Thursday, April 9, 2015


Thursday, April 9, 2015

It's time to write about what might be considered one of the most dreaded words in the realm of intimate relationships.  Yes, it's time to write about communication.

Regardless of whether you have significant trauma in your earlier life history living in the world in a healthy way can be challenging.  And communication can often be an aspect of daily life we find challenging.  Even those who hold actual degrees in communications can still struggle with this vital aspect of life.

Communication can be challenging because there is no one single universally accepted style of communication.  Some men are known as 'strong silent types' whose stoicism rarely wavers.  Others feel the need to engage in consistent communication that includes expressions of deeply felt feelings.  And we all swim within a world of social expectations and stereotypes that can color what we say, when, how, to whom and for what purpose.  I tend to find myself not aligning with the typical communication behaviors of most men.  Some of this I attribute to the fact that I am not a heterosexual man.  There are very real distinctions between gay and straight men.  And these distinctions manifest, among other ways, in how we communicate.

When trauma intrudes upon an otherwise well structured and predictable life our way of communicating may drastically change.  We might come to prefer silence because we simply cannot find the words to express what we feel.  Or we might be very aware of what we feel and be able to put words around our feelings but not want to vocalize our feelings because this would somehow make our experience seem more real and thus perhaps more unmanageable.  We may want to cry, isolate ourselves or grieve an identity we now feel lost to us.  Whatever we feel the words might not come easily.

So how can we get beyond trauma?  What can a person do in the realm of communication to move beyond the harm of trauma?  Here are a few ideas:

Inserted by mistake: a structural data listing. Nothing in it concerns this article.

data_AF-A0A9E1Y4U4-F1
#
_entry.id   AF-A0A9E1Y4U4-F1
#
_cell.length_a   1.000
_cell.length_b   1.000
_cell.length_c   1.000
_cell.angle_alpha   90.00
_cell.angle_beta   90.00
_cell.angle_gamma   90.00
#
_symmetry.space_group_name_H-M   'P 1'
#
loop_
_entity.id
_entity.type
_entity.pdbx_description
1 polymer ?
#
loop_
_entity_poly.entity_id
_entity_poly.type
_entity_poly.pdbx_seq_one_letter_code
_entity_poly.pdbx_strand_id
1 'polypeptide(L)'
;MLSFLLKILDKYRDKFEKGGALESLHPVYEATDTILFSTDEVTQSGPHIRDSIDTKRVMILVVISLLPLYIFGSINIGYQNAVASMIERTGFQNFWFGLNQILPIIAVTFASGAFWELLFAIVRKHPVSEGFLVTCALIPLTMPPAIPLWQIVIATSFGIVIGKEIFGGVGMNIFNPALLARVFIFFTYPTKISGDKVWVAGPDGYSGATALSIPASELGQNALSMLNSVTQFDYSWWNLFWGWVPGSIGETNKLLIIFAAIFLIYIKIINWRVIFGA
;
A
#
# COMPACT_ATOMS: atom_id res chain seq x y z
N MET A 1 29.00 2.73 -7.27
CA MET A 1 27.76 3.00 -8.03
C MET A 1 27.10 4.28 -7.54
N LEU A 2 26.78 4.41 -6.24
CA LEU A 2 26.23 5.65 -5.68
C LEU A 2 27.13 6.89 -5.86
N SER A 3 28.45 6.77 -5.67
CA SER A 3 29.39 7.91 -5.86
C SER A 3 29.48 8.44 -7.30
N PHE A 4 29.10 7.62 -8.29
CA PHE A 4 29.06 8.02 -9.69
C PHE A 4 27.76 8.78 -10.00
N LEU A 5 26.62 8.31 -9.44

• Start a daily journal - Writing about our experience on a consistent basis can help to uncork unsettled aspects of our interior lives.  Eventually, through our determined persistence, we may find ourselves developing a heightened awareness of our interior lives.  Our deepest hurts may become much clearer to us.  Our needs might finally become a lot easier to discern.  It has been my experience that clarity can be a gift of perseverance.
  • Talk to others - We might find ourselves caught up in illusory thinking.  We might imagine few people have the problems we perceive we have.  But then we may discover this is not at all true.  Few problems are that unique.  Yes, there are extraordinarily rare diseases that burden a microscopic sliver of the total population.  And some experiences are very unique to the broader historical circumstances they occur within.  But many problems are not unique.  Sadness, loss, frustrated life ambitions, fear, confusion and unsought obstacles are common elements of the lives of many people.  You are probably not quite as unique as you imagine!
  • Explore other cultures - One of the best ways to more clearly see your own culturally influenced behaviors is to visit a place radically different from what is familiar to you.  When we leave behind all that we know we can somehow stand outside our formative influences and gain that vital thing known as perspective.
  • Educate yourself - Though the human species has lived on Earth for the equivalent of a geological minute there is much we can learn from those who have gone before us.  Read poetry, short stories and historical accounts written by influential thinkers, politicians, activists and the like.  Read through the accumulated wisdom of those who have experienced scenarios similar to your own.


I continue to feel more and more optimistic about my own life.  I completed an eight week long morning outpatient program this morning.  I undertook this program as a way of giving a gift to myself. I wanted to honor the wounded child and the disillusioned, cynical teenager I once was.  I wanted to soothe and heal the burned out adult I once was.  I don't feel burned out now.  I sometimes still feel a bit tired and weary.  But the world outside is awakening.  A lot of time has passed since June, 2013.

My commitment to my journey of personal healing is beginning to produce some substantial benefits. I can only imagine what my life may look like in another year.  And that reminds me of another important activity.  It is time for me to apply my imagination in an active way to consistently begin visualizing a rewarding future life for myself.

Life is good.

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I invite you to accompany me as I document my own journey of healing. My blog is designed to offer inspiration and solace to others. If you find it of value I welcome you to share it with others. Aloha!